The week before Christmas Bigger Pie Forum looked at PERS’ cost of living adjustment (COLA), commonly known as the 13th check. PERS recipients get a 3% raise every year as a COLA. Many retirees take it in a lump sum at the end of the year–the 13th check.
PERS’ COLA exceeds commonly recognized inflation indexes. The average gain of the consumer price index since the legislature raised COLA to 3% was 2.18%. According to BPF:
Just reducing the size of the COLA payout by a third over the past 18 years would’ve saved more $2.2 billion, which would’ve helped address the plan’s $16.6 billion in unfunded liabilities….
The easiest way to stem the bleeding on PERS’ bottom line is to change the way the COLA is computed. Many states index the COLAs for their pension funds on the CPI. Others base the annual COLA percentage on the plan’s funding ratio, which is the share of future obligations covered by current assets. Some do a combination.
Legislators need to study how other states with healthier pension funds are holding down the costs on the COLA for PERS. Doing so would be an easy fix and allow retirees to continue to boost the buying power of their benefits while ensuring the plan’s future.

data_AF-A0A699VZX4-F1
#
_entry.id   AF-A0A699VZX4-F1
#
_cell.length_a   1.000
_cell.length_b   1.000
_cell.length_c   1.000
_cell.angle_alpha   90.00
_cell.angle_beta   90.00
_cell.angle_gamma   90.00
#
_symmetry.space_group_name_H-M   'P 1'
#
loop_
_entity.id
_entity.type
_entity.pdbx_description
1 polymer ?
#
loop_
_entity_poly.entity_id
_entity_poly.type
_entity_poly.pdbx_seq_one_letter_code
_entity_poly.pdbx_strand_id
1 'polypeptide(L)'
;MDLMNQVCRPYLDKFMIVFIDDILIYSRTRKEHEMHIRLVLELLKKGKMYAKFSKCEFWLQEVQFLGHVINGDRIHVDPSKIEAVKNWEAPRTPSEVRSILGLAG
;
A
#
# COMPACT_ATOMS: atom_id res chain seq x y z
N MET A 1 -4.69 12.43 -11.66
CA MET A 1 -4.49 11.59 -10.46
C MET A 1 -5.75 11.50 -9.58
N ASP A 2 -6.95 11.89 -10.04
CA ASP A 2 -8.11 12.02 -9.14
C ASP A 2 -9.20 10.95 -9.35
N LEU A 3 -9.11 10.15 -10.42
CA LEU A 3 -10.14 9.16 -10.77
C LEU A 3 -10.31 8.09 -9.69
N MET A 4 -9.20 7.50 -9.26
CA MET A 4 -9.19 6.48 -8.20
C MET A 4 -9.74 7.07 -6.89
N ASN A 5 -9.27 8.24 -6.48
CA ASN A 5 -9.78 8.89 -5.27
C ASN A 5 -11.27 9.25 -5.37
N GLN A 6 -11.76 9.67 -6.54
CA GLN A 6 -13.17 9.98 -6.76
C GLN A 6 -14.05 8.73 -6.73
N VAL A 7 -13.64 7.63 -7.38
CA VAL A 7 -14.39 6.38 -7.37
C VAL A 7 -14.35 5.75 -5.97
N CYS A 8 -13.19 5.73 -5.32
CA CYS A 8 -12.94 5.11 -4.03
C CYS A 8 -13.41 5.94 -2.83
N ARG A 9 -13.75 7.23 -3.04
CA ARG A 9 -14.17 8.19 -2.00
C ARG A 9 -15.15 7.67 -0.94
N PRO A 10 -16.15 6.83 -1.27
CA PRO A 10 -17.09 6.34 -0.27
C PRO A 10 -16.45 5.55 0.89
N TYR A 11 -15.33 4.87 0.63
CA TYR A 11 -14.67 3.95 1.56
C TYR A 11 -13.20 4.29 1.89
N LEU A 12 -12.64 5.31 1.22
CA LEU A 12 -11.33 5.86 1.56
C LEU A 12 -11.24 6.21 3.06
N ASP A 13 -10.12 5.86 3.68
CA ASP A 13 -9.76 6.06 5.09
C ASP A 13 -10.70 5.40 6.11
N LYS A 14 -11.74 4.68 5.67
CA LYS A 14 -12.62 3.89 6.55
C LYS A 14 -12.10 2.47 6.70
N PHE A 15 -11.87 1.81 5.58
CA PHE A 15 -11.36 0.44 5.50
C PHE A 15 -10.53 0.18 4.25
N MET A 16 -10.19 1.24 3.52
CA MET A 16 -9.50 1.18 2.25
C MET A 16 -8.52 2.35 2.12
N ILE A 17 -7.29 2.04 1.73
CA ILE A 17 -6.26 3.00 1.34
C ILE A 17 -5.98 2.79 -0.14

Good point. Defenders of the 3% COLA need to understand that it is blowing a hole in the system. The longer the legislature waits to fill the hole, the harder it will be.
Taxpayers for sure–and likely retirees–will suffer a lot more pain because PERS and the legislature have not addressed the problem sooner.
We are now going on year nine since the Governor’s PERS Study Commission’s report. PERS and state leadership continue to ignore or downplay the magnitude of the problem.